Expression and subcellular distribution of basic fibroblast growth factor are regulated during migration of endothelial cells.
Migration of endothelial cells is involved in normal and pathological angiogenesis and in re-endothelialization after vascular injury or rupture of atherosclerotic plaques. Several types of endothelial cells are known to synthesize basic fibroblast growth factor (bFGF); in some of these, migration is increased by exogenous bFGF and inhibited by anti-bFGF antibodies. Using immunocytochemical techniques and RNase protection analysis, we studied endothelial cells from bovine coronary arteries and veins as well as from adrenal microvessels. We found that bFGF mRNA and peptide were present in confluent endothelial cells and were upregulated during migration stimulated by removal of some cells from the monolayer. During migration, extracellular matrix stores of bFGF were depleted, and bFGF immunoreactivity began to accumulate in the cytoplasm of endothelial cells between 2 and 6 hours. After migration had begun, but before the initiation of DNA synthesis, bFGF immunoreactivity increased in the nuclei and nucleoli. Exogenous bFGF stimulated endothelial migration, and antibodies to bFGF markedly inhibited migration, suggesting that an intracrine function of nuclear bFGF is not sufficient for cell migration. In all three types of endothelial cells studied, bFGF was identified as an endogenous regulator, but not as the sole regulator, or migration. Moreover, bFGF expression and subcellular localization were found to be regulated during endothelial cell migration.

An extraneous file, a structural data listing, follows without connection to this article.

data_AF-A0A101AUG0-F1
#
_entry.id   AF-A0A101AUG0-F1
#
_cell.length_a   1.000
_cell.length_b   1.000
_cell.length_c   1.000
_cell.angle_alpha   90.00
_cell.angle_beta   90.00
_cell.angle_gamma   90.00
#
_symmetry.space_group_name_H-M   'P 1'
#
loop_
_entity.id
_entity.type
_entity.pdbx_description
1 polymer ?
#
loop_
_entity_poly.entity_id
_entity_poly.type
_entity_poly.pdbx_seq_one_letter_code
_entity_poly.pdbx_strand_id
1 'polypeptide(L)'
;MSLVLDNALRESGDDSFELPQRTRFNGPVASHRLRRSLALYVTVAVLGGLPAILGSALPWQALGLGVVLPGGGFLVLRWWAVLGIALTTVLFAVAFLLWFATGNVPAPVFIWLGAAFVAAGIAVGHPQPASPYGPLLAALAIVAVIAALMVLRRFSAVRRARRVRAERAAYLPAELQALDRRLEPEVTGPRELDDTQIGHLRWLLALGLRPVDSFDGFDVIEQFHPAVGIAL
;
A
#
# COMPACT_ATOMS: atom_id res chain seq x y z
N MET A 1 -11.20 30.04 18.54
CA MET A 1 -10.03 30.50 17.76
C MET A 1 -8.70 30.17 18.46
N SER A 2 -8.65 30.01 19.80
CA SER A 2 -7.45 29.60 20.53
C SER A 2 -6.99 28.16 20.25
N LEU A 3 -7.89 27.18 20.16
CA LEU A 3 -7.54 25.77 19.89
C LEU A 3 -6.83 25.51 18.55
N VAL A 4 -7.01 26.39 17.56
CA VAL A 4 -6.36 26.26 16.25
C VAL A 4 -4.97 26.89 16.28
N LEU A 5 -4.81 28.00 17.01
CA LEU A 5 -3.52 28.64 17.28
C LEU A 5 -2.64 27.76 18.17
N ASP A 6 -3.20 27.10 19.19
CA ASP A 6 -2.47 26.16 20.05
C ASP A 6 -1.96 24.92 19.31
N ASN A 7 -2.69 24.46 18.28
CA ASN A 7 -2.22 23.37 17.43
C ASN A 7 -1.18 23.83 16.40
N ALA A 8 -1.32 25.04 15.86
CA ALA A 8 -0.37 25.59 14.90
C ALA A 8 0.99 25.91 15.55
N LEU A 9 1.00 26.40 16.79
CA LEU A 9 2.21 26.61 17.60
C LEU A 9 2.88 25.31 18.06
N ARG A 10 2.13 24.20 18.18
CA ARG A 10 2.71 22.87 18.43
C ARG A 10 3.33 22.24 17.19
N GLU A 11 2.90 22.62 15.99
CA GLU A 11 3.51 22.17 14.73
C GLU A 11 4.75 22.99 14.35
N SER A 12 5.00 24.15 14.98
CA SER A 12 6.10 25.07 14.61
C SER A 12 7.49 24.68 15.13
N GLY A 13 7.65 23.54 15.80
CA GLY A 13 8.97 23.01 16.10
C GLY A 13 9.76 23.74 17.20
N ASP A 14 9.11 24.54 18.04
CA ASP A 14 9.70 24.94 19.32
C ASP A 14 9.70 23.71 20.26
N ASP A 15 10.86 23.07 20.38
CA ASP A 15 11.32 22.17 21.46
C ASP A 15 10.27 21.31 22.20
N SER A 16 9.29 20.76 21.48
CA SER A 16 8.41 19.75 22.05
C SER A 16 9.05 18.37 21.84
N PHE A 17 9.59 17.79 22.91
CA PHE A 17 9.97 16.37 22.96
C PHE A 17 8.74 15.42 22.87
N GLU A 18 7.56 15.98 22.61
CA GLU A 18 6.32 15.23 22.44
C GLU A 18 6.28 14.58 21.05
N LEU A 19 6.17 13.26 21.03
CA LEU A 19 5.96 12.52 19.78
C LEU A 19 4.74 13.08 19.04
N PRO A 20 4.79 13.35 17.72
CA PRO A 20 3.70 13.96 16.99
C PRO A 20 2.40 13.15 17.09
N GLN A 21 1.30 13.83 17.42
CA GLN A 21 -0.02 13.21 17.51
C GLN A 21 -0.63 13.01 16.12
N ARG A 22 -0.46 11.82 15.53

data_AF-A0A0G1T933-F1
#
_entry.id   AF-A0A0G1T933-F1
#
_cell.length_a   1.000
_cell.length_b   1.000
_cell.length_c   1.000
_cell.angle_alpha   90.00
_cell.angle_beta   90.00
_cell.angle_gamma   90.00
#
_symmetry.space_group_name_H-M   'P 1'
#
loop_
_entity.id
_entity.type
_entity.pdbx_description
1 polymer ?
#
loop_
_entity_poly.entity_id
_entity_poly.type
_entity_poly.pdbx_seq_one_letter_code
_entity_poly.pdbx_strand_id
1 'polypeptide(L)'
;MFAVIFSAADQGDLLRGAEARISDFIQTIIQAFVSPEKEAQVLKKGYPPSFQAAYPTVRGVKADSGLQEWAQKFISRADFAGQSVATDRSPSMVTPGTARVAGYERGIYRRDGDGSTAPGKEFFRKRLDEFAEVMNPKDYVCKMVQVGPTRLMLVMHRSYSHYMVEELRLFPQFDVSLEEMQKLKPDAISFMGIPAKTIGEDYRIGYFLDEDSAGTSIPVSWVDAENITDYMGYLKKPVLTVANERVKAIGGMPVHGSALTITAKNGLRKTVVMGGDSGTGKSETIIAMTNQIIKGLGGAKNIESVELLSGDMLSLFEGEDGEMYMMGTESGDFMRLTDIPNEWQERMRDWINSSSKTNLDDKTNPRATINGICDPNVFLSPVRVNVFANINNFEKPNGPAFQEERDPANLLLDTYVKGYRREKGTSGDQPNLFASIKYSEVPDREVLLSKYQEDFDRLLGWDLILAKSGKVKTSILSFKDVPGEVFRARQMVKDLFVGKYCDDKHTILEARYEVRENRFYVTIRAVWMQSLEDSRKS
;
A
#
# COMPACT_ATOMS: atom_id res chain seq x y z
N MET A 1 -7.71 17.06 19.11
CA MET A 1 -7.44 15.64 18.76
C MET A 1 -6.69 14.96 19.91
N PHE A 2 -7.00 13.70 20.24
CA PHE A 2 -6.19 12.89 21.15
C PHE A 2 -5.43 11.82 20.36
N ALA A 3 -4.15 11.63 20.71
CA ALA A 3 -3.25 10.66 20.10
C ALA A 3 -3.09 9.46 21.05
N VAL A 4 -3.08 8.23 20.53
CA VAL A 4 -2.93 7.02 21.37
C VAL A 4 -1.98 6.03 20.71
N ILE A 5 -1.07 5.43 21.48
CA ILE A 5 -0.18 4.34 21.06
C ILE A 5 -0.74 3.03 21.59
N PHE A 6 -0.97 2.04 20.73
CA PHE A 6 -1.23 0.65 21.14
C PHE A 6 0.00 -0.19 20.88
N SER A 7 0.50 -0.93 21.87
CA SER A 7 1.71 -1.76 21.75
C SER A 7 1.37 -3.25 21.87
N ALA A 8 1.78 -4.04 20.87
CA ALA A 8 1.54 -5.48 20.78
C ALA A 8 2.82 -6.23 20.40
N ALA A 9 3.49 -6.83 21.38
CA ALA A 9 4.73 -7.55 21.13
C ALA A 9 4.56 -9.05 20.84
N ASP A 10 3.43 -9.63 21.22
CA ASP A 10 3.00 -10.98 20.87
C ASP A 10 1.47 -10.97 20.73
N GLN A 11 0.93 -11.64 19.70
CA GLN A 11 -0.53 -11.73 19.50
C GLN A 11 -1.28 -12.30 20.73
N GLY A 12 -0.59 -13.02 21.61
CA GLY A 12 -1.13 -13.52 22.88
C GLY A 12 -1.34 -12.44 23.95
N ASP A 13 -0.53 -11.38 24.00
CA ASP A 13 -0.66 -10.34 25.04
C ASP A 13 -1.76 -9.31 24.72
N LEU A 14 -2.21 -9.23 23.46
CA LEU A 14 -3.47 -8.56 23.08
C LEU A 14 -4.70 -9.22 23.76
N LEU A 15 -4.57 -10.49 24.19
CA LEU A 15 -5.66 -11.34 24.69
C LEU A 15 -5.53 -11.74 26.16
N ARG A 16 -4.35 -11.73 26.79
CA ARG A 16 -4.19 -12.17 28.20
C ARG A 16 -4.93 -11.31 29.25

- Copyright © 1994 by American Heart Association